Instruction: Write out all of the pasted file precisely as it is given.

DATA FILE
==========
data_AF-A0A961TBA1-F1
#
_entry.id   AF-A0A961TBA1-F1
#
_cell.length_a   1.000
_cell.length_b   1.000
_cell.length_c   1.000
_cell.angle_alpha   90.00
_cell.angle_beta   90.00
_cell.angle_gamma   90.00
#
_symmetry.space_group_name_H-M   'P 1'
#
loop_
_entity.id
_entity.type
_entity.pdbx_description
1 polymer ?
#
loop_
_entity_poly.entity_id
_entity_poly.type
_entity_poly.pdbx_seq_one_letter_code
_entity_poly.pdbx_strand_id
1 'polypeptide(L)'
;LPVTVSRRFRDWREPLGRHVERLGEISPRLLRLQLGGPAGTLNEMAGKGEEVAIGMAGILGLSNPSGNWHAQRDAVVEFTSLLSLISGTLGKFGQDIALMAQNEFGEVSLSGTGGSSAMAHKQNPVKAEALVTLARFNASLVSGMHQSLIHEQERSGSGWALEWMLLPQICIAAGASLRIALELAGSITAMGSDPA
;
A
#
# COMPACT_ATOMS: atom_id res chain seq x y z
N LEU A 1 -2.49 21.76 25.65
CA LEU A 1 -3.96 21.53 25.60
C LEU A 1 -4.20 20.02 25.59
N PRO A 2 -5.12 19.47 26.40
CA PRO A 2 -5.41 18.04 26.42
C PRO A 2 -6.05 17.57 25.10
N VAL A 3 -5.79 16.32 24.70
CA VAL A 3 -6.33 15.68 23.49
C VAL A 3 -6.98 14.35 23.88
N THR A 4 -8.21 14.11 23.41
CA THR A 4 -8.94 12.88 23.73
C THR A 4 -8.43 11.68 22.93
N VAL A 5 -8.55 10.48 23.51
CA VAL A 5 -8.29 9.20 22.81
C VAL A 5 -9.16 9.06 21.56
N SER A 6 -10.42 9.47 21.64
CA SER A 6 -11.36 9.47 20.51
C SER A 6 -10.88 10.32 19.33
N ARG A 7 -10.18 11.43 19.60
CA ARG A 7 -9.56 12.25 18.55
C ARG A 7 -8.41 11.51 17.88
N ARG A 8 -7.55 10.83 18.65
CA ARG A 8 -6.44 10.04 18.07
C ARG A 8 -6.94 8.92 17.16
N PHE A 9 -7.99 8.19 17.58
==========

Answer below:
data_AF-A0A961TBA1-F1
#
_entry.id   AF-A0A961TBA1-F1
#
_cell.length_a   1.000
_cell.length_b   1.000
_cell.length_c   1.000
_cell.angle_alpha   90.00
_cell.angle_beta   90.00
_cell.angle_gamma   90.00
#
_symmetry.space_group_name_H-M   'P 1'
#
loop_
_entity.id
_entity.type
_entity.pdbx_description
1 polymer ?
#
loop_
_entity_poly.entity_id
_entity_poly.type
_entity_poly.pdbx_seq_one_letter_code
_entity_poly.pdbx_strand_id
1 'polypeptide(L)'
;LPVTVSRRFRDWREPLGRHVERLGEISPRLLRLQLGGPAGTLNEMAGKGEEVAIGMAGILGLSNPSGNWHAQRDAVVEFTSLLSLISGTLGKFGQDIALMAQNEFGEVSLSGTGGSSAMAHKQNPVKAEALVTLARFNASLVSGMHQSLIHEQERSGSGWALEWMLLPQICIAAGASLRIALELAGSITAMGSDPA
;
A
#
# COMPACT_ATOMS: atom_id res chain seq x y z
N LEU A 1 -2.49 21.76 25.65
CA LEU A 1 -3.96 21.53 25.60
C LEU A 1 -4.20 20.02 25.59
N PRO A 2 -5.12 19.47 26.40
CA PRO A 2 -5.41 18.04 26.42
C PRO A 2 -6.05 17.57 25.10
N VAL A 3 -5.79 16.32 24.70
CA VAL A 3 -6.33 15.68 23.49
C VAL A 3 -6.98 14.35 23.88
N THR A 4 -8.21 14.11 23.41
CA THR A 4 -8.94 12.88 23.73
C THR A 4 -8.43 11.68 22.93
N VAL A 5 -8.55 10.48 23.51
CA VAL A 5 -8.29 9.20 22.81
C VAL A 5 -9.16 9.06 21.56
N SER A 6 -10.42 9.47 21.64
CA SER A 6 -11.36 9.47 20.51
C SER A 6 -10.88 10.32 19.33
N ARG A 7 -10.18 11.43 19.60
CA ARG A 7 -9.56 12.25 18.55
C ARG A 7 -8.41 11.51 17.88
N ARG A 8 -7.55 10.83 18.65
CA ARG A 8 -6.44 10.04 18.07
C ARG A 8 -6.94 8.92 17.16
N PHE A 9 -7.99 8.19 17.58